On Tuesday the latch knob hurtles off the toaster,
startles me, small silver bullet of the morning.
On Wednesday, pressing down the lever,
I flinch and take a half step back.
On Thursday, we can only use the right side.

The sunken toast in the left unit cools
and shrinks back to bread, flakes off
on the knife dipping down to draw it up.
On Friday, the “warm” setting
sears my store-brand slice to cinders.

The first foible was funny, our kitchen fable,
but soon we’re fixed to new formations:
making the kids’ breakfast one slice at a time,
leaning on the lever at arms’ length,
wondering out loud whether these things

are even made to be repaired
or if we’ll just keep living around them.



Click here to read Meg Yardley on the origin of the poem.



Image: “Toaster Wars” by JMacPherson, licensed under CC 2.0.

Meg Yardley:

I was in an informal poetry class when the teacher commented that the word “appliances” (as used in someone’s poem) was not very “poetic.” I felt an immediate opposition to the idea that certain words were or were not poetic, in and of themselves. And I resented an underlying idea (perhaps not his idea, but certainly an idea present in the wider culture) that housework is not a meaningful subject for art. We see housework as “women’s work,” and we don’t value women’s work very highly.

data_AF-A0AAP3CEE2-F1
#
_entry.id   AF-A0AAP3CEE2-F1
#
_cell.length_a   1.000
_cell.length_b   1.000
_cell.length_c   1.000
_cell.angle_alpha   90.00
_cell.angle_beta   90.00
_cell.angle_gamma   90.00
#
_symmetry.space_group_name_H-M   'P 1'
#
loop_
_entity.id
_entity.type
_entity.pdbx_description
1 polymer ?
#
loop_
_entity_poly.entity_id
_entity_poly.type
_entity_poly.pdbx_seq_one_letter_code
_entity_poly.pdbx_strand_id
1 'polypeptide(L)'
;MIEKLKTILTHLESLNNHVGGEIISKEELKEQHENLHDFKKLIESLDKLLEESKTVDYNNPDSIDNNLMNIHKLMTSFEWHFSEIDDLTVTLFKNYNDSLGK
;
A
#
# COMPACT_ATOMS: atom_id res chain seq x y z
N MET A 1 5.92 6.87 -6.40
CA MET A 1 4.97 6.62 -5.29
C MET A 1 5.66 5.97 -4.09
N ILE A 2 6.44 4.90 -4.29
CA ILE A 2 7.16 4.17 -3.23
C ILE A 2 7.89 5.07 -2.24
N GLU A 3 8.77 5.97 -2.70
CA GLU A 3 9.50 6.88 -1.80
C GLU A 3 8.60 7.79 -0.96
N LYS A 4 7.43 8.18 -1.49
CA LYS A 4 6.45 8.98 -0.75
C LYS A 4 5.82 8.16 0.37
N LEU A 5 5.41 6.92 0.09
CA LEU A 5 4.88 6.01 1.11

After a lively and amicable debate about the word “appliances” and the place of appliances in poetry, I resolved to go home and write a poem that included the word.

With the idea of writing about appliances, I started with our toaster. We’ve tried cheap toasters and expensive ones, but they all break down. (They’re nearly impossible to successfully fix, since our economy is based on the production of objects that are not built to last or to be repaired.) I didn’t have any idea what the poem was really “about” until I wrote down the last two lines and discovered it was also a poem about relationships.


Meg Yardley
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